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Rob Ford, second from left, gets a hug from Councillor Vincent Crisanti as well-wishers look on during a break in a council meeting at Toronto's City Hall on April 2, 2015.

Chris Young/The Globe and Mail

Former Toronto Mayor Rob Ford will go ahead with surgery next month after doctors told him that the tumour in his abdomen has shrunk down to about five by four centimetres.

Mr. Ford's announcement on Thursday, which he made on the sidewalk outside Mount Sinai Hospital, comes amid a rocky battle against liposarcoma, a rare form of cancer. In recent weeks, the controversial Mr. Ford told reporters that if the tumour did not shrink to a size small enough to operate on soon, he would not survive another year.

"I got good news today," Mr. Ford told reporters outside the hospital. "The good news is they can operate because the tumour has shrunk. … I'm very, very happy, delighted."

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Mr. Ford will undergo four surgical procedures in an operation expected to last eight to 10 hours, he said. After that, he will stay in hospital for two weeks, and then be "out of commission" for about four months. A tumour in his back, he said, has "almost disappeared."

Mr. Ford received his diagnosis last September. He has had chemotherapy and extensive radiation treatment. But despite the treatments, doctors until recently said the tumour – which was originally about 13 centimetres – was still too large to operate on.

"I didn't sleep much last night," Mr. Ford said on Thursday after learning the news. "People have ups and downs and everything, but when your life's on the line, everything else is sort of really minor in comparison to not knowing whether you're going to live or not. … I'm just lucky to be alive today, and I'm just lucky to be getting another chance at life."

The former mayor's brother Doug Ford stood at his side for the announcement – which happened shortly after the family learned the news themselves. "I'm feeling positive," Doug Ford told reporters. "I'm so happy for Rob, and I just want him to get better."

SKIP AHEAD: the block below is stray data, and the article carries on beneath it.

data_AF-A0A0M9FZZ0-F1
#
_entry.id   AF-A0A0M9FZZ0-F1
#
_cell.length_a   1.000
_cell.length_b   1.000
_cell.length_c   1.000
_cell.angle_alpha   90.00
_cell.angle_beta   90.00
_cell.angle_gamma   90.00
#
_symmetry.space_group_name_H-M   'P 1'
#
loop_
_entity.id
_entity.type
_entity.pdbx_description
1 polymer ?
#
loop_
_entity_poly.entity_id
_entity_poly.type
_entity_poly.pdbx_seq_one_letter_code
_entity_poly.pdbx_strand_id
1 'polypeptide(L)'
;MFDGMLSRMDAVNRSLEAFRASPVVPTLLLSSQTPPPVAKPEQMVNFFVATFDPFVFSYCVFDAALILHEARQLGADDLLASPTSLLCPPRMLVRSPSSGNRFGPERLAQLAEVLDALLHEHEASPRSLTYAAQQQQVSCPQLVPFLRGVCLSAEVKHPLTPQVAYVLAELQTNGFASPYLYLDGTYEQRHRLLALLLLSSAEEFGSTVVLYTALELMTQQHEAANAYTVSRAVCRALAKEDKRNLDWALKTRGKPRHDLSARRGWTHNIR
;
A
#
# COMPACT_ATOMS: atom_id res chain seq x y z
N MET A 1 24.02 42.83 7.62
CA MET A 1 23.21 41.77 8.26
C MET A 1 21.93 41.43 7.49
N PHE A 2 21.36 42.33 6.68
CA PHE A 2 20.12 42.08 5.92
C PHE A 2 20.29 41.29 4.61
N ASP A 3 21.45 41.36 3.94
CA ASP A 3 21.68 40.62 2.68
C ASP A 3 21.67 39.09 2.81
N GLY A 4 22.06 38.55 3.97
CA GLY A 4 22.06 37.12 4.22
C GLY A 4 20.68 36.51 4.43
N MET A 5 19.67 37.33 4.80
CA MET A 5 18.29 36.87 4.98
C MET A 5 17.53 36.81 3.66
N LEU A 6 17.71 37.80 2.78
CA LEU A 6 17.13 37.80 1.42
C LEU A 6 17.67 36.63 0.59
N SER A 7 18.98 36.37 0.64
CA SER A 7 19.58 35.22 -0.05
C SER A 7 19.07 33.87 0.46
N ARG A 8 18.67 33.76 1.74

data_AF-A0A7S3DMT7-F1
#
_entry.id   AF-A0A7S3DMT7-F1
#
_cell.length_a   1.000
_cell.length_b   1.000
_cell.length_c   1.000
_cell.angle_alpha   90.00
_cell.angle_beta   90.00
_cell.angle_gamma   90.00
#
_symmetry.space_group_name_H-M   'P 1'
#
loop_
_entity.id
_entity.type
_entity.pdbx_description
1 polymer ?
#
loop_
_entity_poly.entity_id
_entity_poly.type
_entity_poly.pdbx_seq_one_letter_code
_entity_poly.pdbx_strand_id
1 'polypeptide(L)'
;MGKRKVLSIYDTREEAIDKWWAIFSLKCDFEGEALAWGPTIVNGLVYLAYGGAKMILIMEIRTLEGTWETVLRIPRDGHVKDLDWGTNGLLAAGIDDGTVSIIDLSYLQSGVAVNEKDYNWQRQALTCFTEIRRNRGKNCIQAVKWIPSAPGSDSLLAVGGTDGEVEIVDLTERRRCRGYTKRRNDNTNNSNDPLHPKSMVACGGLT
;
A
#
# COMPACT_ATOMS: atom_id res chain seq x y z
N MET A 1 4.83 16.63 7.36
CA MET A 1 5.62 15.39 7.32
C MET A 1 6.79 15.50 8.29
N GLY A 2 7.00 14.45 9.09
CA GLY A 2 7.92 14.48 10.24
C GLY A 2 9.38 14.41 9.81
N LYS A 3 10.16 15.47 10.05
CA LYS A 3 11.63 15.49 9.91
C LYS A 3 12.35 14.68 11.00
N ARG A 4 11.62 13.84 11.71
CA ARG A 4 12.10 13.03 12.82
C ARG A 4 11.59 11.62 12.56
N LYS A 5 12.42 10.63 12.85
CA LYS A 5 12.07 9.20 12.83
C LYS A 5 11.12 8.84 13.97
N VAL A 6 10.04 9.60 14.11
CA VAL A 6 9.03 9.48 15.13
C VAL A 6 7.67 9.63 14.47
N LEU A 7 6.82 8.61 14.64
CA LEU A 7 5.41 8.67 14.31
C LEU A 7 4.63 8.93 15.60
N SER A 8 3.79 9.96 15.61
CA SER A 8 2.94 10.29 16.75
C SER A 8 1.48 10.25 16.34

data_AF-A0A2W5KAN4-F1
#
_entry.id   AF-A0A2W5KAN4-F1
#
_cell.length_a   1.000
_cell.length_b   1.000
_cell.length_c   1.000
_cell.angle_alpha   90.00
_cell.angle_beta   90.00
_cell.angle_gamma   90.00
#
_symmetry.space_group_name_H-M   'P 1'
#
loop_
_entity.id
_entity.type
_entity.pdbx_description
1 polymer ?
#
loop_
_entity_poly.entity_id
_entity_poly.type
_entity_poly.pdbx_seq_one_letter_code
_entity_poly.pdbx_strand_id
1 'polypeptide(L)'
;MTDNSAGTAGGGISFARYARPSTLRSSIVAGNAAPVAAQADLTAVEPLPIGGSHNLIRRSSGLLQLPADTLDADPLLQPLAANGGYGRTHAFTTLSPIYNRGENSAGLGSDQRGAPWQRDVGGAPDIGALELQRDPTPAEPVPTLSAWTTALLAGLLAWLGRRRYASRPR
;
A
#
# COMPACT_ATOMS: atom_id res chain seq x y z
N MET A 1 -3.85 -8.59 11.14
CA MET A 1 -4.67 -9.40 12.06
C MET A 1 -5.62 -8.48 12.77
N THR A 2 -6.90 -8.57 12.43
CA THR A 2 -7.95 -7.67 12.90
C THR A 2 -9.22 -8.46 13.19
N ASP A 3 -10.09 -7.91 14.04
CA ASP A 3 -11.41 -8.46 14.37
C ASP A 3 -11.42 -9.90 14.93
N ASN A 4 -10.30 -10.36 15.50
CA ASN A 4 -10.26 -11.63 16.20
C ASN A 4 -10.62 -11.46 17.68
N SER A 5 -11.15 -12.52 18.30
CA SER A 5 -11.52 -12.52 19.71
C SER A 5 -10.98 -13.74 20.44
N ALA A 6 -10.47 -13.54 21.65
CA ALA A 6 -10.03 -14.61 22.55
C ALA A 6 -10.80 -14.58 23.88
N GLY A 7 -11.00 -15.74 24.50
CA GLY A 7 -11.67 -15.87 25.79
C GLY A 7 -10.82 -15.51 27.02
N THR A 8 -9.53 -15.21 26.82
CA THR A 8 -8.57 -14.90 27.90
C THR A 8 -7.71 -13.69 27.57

Rob Ford's diagnosis came in the ninth month of his bid for re-election as mayor, putting a sudden end to his mayoral campaign. Doug Ford ran in his place, but came in second to John Tory.

The diagnosis also followed a tumultuous year for Mr. Ford, in which he admitted smoking crack cocaine, was stripped of his powers as mayor, and attempted a comeback campaign after rehab.

Since January, Mr. Ford has been serving as city councillor for an Etobicoke ward. Right after his Mount Sinai announcement, he returned to City Hall, where his colleagues on council welcomed him with hugs, and a round of applause.

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In a statement, Mayor Tory said: "On behalf of all Torontonians, I offer thoughts, prayers and good wishes to Councillor Ford and his family. We are all hoping for the very best and looking forward to him being back at full strength and good health as soon as possible."

His sometime-ally Giorgio Mammoliti wished him well, too. "It just shows that God is looking over him," he said. "The guy's strong and he's been able to deal with everything in his life, all the demons that have plagued him, he's been able to get over almost every one of them."

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